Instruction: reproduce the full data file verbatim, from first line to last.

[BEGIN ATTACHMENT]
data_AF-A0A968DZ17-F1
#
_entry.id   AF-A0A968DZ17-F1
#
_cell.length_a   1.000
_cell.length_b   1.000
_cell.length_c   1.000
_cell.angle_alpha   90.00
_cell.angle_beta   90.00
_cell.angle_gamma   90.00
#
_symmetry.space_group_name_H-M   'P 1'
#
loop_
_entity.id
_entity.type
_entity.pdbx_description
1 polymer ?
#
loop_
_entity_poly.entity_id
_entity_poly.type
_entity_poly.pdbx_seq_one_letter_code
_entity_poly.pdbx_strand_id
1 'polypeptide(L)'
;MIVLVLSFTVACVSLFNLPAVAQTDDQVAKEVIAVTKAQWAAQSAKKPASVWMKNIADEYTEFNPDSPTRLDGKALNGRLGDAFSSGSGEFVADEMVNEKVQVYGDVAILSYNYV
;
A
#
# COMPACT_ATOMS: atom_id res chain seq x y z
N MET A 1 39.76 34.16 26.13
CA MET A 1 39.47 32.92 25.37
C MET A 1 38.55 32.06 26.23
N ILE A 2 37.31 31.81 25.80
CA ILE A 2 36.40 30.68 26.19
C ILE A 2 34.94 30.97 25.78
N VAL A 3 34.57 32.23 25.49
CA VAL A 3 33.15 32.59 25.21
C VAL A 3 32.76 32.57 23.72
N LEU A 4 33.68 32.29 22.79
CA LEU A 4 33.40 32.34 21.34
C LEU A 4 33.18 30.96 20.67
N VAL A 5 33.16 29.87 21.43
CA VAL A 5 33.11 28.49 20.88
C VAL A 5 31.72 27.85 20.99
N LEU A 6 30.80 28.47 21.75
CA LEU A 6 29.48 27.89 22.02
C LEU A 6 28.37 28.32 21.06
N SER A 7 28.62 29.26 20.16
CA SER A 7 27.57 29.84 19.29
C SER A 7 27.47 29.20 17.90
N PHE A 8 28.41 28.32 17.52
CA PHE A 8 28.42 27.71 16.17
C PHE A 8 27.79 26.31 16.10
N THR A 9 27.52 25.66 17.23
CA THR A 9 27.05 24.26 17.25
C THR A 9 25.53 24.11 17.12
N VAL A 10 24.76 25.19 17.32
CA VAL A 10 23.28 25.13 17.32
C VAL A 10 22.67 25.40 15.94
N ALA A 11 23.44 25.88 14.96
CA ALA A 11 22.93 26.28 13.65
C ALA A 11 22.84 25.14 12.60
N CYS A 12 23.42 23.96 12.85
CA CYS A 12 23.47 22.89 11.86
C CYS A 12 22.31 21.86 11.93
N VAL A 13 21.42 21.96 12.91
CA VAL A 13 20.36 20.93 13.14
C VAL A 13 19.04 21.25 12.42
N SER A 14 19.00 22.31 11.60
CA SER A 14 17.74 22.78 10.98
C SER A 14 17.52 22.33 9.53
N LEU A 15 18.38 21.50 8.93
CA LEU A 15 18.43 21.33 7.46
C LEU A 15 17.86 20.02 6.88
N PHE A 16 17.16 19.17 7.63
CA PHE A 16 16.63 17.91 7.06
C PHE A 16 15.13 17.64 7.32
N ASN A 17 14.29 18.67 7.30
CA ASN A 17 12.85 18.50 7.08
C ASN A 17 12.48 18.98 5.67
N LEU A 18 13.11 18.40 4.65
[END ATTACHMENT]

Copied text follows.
data_AF-A0A968DZ17-F1
#
_entry.id   AF-A0A968DZ17-F1
#
_cell.length_a   1.000
_cell.length_b   1.000
_cell.length_c   1.000
_cell.angle_alpha   90.00
_cell.angle_beta   90.00
_cell.angle_gamma   90.00
#
_symmetry.space_group_name_H-M   'P 1'
#
loop_
_entity.id
_entity.type
_entity.pdbx_description
1 polymer ?
#
loop_
_entity_poly.entity_id
_entity_poly.type
_entity_poly.pdbx_seq_one_letter_code
_entity_poly.pdbx_strand_id
1 'polypeptide(L)'
;MIVLVLSFTVACVSLFNLPAVAQTDDQVAKEVIAVTKAQWAAQSAKKPASVWMKNIADEYTEFNPDSPTRLDGKALNGRLGDAFSSGSGEFVADEMVNEKVQVYGDVAILSYNYV
;
A
#
# COMPACT_ATOMS: atom_id res chain seq x y z
N MET A 1 39.76 34.16 26.13
CA MET A 1 39.47 32.92 25.37
C MET A 1 38.55 32.06 26.23
N ILE A 2 37.31 31.81 25.80
CA ILE A 2 36.40 30.68 26.19
C ILE A 2 34.94 30.97 25.78
N VAL A 3 34.57 32.23 25.49
CA VAL A 3 33.15 32.59 25.21
C VAL A 3 32.76 32.57 23.72
N LEU A 4 33.68 32.29 22.79
CA LEU A 4 33.40 32.34 21.34
C LEU A 4 33.18 30.96 20.67
N VAL A 5 33.16 29.87 21.43
CA VAL A 5 33.11 28.49 20.88
C VAL A 5 31.72 27.85 20.99
N LEU A 6 30.80 28.47 21.75
CA LEU A 6 29.48 27.89 22.02
C LEU A 6 28.37 28.32 21.06
N SER A 7 28.62 29.26 20.16
CA SER A 7 27.57 29.84 19.29
C SER A 7 27.47 29.20 17.90
N PHE A 8 28.41 28.32 17.52
CA PHE A 8 28.42 27.71 16.17
C PHE A 8 27.79 26.31 16.10
N THR A 9 27.52 25.66 17.23
CA THR A 9 27.05 24.26 17.25
C THR A 9 25.53 24.11 17.12
N VAL A 10 24.76 25.19 17.32
CA VAL A 10 23.28 25.13 17.32
C VAL A 10 22.67 25.40 15.94
N ALA A 11 23.44 25.88 14.96
CA ALA A 11 22.93 26.28 13.65
C ALA A 11 22.84 25.14 12.60
N CYS A 12 23.42 23.96 12.85
CA CYS A 12 23.47 22.89 11.86
C CYS A 12 22.31 21.86 11.93
N VAL A 13 21.42 21.96 12.91
CA VAL A 13 20.36 20.93 13.14
C VAL A 13 19.04 21.25 12.42
N SER A 14 19.00 22.31 11.60
CA SER A 14 17.74 22.78 10.98
C SER A 14 17.52 22.33 9.53
N LEU A 15 18.38 21.50 8.93
CA LEU A 15 18.43 21.33 7.46
C LEU A 15 17.86 20.02 6.88
N PHE A 16 17.16 19.17 7.63
CA PHE A 16 16.63 17.91 7.06
C PHE A 16 15.13 17.64 7.32
N ASN A 17 14.29 18.67 7.30
CA ASN A 17 12.85 18.50 7.08
C ASN A 17 12.48 18.98 5.67
N LEU A 18 13.11 18.40 4.65